Sunday, June 20

Evolutionary paradox: our culture and language come from the cerebellum


Evolutionary paradox: our culture and language come from the cerebellum

Evolutionary paradox: our culture and language come from the cerebellum

The cerebellum, a structure of the central nervous system that controls complex motor functions, has contributed decisively to our culture, language, and use of tools. It has greater epigenetic differences than the cortex, which is where perception, imagination, thought, judgment and decision develop. A paradox that scientists at Duke University have discovered after comparing the human brain with that of different primates.

If we talk about the dizzying evolution that has allowed human beings to reach the degree of cultural and technological development that they currently have and we link it directly with their brain, we must necessarily talk about the neocortex, which concentrates the most evolved areas of the cerebral cortex.

Until today, the reason why the human being was strongly differentiated from other primates resided almost exclusively there, for example thanks to culture, language or abstract thought.

Evolutionary changes

However, American researchers have posed a paradox that would partly change this equation. According to a Press release, found that the cerebellum underwent evolutionary changes that may have contributed significantly to human culture, language, and tool use.

In the study, neuroscientists made different comparisons between the human brain and that of different primates. They found that humans showed greater epigenetic differences in the cerebellum than in the prefrontal cortex, an aspect that would change the role of the cerebellum in human evolution.

Traditionally, this region of the brain has not been considered among the most important in terms of the evolution of the species.

Gene expression

When speaking of epigenetic differences, reference is made to variations in the expressions of genes that do not alter the DNA sequence. They are changes that are inherited between generations, but that do not modify the genetic code: they allow the development of new functions and abilities, partly thanks to the influence of the environment.

According to the new study, published in the journal PLoS Genetics, the cerebellum would play a central role in coordinating these new epigenetic abilities.

Previous studies have indicated that the cerebellum would play a prominent role in aspects related to imagination, creativity and problem solvingcerebellum, showing that it is much more than the focal point of the movement.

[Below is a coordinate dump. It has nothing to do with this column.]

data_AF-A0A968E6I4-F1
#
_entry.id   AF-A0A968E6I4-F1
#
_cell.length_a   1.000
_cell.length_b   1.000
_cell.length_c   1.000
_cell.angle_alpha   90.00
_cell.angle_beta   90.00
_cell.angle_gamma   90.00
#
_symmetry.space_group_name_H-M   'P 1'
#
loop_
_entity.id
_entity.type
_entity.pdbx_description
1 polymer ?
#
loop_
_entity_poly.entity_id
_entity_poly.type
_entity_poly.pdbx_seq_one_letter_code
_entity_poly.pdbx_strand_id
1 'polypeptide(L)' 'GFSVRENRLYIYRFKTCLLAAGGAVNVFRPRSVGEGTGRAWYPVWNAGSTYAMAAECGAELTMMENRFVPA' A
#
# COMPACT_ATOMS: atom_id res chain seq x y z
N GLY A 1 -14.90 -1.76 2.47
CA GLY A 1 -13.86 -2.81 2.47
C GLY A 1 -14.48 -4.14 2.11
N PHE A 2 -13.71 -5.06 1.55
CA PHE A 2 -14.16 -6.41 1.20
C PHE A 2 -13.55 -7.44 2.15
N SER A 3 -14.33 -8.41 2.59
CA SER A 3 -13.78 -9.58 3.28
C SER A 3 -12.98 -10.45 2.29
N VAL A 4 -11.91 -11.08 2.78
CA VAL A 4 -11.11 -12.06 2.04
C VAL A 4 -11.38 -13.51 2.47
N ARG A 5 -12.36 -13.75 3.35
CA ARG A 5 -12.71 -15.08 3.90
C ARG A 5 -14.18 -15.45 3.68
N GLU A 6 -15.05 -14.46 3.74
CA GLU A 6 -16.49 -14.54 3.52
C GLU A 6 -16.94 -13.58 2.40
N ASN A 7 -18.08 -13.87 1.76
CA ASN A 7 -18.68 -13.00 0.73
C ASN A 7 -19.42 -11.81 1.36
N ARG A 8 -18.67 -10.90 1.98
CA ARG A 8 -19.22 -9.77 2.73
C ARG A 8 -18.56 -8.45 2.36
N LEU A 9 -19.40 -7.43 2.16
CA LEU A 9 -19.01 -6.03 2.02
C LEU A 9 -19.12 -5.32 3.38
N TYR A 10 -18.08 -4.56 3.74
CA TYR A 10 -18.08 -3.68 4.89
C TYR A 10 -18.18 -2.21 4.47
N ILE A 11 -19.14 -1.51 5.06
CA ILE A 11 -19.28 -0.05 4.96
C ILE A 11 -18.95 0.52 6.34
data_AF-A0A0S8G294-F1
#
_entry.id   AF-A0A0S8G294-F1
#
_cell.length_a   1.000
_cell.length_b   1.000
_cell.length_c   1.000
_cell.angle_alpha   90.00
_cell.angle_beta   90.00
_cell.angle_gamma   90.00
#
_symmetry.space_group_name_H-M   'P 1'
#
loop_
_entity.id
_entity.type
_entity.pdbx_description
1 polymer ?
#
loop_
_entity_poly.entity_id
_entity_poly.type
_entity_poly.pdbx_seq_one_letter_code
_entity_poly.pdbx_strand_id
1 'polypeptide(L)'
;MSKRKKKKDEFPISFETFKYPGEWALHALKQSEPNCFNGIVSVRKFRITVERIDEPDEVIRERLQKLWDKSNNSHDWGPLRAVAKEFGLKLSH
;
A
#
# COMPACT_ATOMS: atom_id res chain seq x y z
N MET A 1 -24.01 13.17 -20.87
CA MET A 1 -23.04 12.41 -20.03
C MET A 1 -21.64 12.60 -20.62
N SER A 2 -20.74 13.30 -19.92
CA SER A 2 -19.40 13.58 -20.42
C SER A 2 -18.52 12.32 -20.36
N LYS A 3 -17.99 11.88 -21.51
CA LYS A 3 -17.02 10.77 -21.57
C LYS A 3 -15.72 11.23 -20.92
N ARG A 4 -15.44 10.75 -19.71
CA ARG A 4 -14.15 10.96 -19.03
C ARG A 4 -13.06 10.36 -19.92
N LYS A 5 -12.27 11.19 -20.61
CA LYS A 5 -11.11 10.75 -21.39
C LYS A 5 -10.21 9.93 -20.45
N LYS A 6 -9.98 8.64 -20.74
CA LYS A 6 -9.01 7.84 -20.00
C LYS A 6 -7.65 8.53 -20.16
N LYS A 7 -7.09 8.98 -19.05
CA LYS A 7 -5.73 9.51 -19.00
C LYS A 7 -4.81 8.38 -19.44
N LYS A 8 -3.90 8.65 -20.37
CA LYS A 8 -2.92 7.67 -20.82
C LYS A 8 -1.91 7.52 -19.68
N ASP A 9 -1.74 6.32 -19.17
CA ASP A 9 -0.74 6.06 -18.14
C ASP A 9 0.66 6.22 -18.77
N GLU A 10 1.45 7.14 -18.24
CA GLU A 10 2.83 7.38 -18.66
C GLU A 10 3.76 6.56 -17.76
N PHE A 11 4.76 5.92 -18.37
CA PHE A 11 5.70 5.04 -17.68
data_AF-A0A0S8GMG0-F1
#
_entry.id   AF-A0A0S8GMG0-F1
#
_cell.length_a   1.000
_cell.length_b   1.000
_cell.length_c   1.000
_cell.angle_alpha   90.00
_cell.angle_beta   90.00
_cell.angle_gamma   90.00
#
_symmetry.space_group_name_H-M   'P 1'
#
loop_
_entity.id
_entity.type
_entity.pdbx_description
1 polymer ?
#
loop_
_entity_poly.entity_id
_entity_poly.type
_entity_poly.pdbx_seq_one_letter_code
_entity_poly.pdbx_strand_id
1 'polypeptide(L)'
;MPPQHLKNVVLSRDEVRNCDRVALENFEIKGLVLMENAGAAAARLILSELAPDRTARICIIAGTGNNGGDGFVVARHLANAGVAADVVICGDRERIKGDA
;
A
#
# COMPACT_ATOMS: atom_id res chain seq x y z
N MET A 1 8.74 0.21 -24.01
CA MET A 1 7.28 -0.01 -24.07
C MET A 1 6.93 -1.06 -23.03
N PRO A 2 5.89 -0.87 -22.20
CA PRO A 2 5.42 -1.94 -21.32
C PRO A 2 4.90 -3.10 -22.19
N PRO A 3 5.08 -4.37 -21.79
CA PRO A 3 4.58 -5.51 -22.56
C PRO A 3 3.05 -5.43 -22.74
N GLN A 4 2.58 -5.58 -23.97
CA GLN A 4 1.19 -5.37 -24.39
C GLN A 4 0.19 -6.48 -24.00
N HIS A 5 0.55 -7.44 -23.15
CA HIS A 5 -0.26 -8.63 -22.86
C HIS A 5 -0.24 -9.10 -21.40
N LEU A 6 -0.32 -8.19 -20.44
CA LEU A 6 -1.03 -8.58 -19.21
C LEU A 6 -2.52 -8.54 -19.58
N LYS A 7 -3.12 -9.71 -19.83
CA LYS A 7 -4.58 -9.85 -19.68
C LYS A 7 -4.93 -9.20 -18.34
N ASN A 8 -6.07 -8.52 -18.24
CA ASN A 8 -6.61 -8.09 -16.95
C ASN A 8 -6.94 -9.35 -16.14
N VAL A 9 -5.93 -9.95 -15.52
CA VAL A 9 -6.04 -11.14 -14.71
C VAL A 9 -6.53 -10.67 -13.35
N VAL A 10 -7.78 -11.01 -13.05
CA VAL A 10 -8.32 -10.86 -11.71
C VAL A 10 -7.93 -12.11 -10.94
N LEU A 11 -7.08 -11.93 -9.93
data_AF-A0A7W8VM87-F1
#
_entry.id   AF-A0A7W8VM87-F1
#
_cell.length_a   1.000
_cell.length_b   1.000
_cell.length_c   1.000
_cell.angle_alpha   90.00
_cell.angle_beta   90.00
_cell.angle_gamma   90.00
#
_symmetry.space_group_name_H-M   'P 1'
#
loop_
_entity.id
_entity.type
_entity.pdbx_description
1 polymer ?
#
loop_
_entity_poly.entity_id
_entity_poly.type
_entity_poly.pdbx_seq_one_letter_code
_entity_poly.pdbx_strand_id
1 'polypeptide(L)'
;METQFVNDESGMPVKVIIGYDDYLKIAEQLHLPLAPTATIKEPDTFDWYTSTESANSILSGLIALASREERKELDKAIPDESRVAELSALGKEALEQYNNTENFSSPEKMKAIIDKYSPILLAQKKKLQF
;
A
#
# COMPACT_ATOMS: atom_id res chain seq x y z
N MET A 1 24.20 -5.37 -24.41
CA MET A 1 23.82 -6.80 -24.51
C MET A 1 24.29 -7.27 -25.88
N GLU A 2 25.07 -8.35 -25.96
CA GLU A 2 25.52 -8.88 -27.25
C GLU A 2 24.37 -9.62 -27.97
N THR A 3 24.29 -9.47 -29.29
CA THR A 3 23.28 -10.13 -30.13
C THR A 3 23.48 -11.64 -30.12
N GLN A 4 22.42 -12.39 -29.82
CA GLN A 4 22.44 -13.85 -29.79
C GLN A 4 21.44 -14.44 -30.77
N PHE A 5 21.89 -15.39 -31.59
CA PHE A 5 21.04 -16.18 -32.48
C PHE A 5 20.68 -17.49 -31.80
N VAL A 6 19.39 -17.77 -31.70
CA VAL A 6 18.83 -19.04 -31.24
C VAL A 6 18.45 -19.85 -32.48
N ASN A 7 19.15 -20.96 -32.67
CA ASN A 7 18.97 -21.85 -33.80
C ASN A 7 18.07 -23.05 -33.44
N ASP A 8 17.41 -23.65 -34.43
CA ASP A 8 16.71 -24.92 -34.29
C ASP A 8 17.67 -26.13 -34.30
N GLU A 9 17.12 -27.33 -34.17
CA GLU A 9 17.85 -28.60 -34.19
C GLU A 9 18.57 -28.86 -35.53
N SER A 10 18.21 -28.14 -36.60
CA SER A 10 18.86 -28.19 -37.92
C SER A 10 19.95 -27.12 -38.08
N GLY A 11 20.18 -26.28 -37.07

So what the new study raises does not seem unreasonable, if we take into account that issues such as culture or language are strongly influenced by the environment and the environment. Epigenetics is precisely shaped by these external issues.

In other words, everything that is located «above the genes», if we follow the etymological root of the term, has a direct impact on epigenetic variations.

Related topic: The cerebellum is heavily involved in decision making.Related topic: The cerebellum is heavily involved in decision making.

Impact of the cerebellum on learning

Apparently, throughout human evolution, a greater number of changes related to gene expression and the genes that remain active have occurred in the cerebellum than in the cortex. This makes a big difference with the rest of the primates, in which the cerebellum does not have this significant role.

Comparisons and studies carried out by researchers allow us to conclude that human brain evolution is not exclusively concentrated in the cortex. Other areas such as the cerebellum have also played a major role.

For example, part of the epigenetic variations found in the cerebellum are directly related to neural connections, which are essential in the learning process.

Reference

Comparative analysis reveals distinctive epigenetic features of the human cerebellum. Guevara EE, Hopkins WD, Hof PR, Ely JJ, Bradley BJ, Sherwood CC. PLoS Genetics (2021).DOI:https://doi.org/10.1371/journal.pgen.1009506

Photo: Raman Oza on Pixabay.


www.informacion.es

Leave a Reply

Your email address will not be published. Required fields are marked *